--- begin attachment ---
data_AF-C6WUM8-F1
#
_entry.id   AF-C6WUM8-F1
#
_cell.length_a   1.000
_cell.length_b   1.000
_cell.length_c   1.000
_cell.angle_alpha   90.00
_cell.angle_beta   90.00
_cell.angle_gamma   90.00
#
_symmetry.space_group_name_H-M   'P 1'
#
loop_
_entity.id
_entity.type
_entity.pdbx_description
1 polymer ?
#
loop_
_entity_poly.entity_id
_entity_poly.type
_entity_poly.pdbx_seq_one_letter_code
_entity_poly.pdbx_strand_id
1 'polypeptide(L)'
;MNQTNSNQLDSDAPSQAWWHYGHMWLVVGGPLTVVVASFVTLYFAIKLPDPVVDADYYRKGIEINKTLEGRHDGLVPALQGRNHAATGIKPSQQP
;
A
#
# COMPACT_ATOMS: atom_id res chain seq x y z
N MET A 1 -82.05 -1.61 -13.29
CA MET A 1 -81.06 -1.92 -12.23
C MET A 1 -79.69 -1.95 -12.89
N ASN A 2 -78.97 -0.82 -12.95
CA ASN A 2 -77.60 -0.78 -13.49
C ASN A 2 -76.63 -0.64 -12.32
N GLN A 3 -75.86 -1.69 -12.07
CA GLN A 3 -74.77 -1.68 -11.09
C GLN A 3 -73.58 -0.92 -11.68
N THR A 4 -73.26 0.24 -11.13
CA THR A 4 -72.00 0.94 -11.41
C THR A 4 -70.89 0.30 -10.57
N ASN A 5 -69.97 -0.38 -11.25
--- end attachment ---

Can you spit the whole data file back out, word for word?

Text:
data_AF-C6WUM8-F1
#
_entry.id   AF-C6WUM8-F1
#
_cell.length_a   1.000
_cell.length_b   1.000
_cell.length_c   1.000
_cell.angle_alpha   90.00
_cell.angle_beta   90.00
_cell.angle_gamma   90.00
#
_symmetry.space_group_name_H-M   'P 1'
#
loop_
_entity.id
_entity.type
_entity.pdbx_description
1 polymer ?
#
loop_
_entity_poly.entity_id
_entity_poly.type
_entity_poly.pdbx_seq_one_letter_code
_entity_poly.pdbx_strand_id
1 'polypeptide(L)'
;MNQTNSNQLDSDAPSQAWWHYGHMWLVVGGPLTVVVASFVTLYFAIKLPDPVVDADYYRKGIEINKTLEGRHDGLVPALQGRNHAATGIKPSQQP
;
A
#
# COMPACT_ATOMS: atom_id res chain seq x y z
N MET A 1 -82.05 -1.61 -13.29
CA MET A 1 -81.06 -1.92 -12.23
C MET A 1 -79.69 -1.95 -12.89
N ASN A 2 -78.97 -0.82 -12.95
CA ASN A 2 -77.60 -0.78 -13.49
C ASN A 2 -76.63 -0.64 -12.32
N GLN A 3 -75.86 -1.69 -12.07
CA GLN A 3 -74.77 -1.68 -11.09
C GLN A 3 -73.58 -0.92 -11.68
N THR A 4 -73.26 0.24 -11.13
CA THR A 4 -72.00 0.94 -11.41
C THR A 4 -70.89 0.30 -10.57
N ASN A 5 -69.97 -0.38 -11.25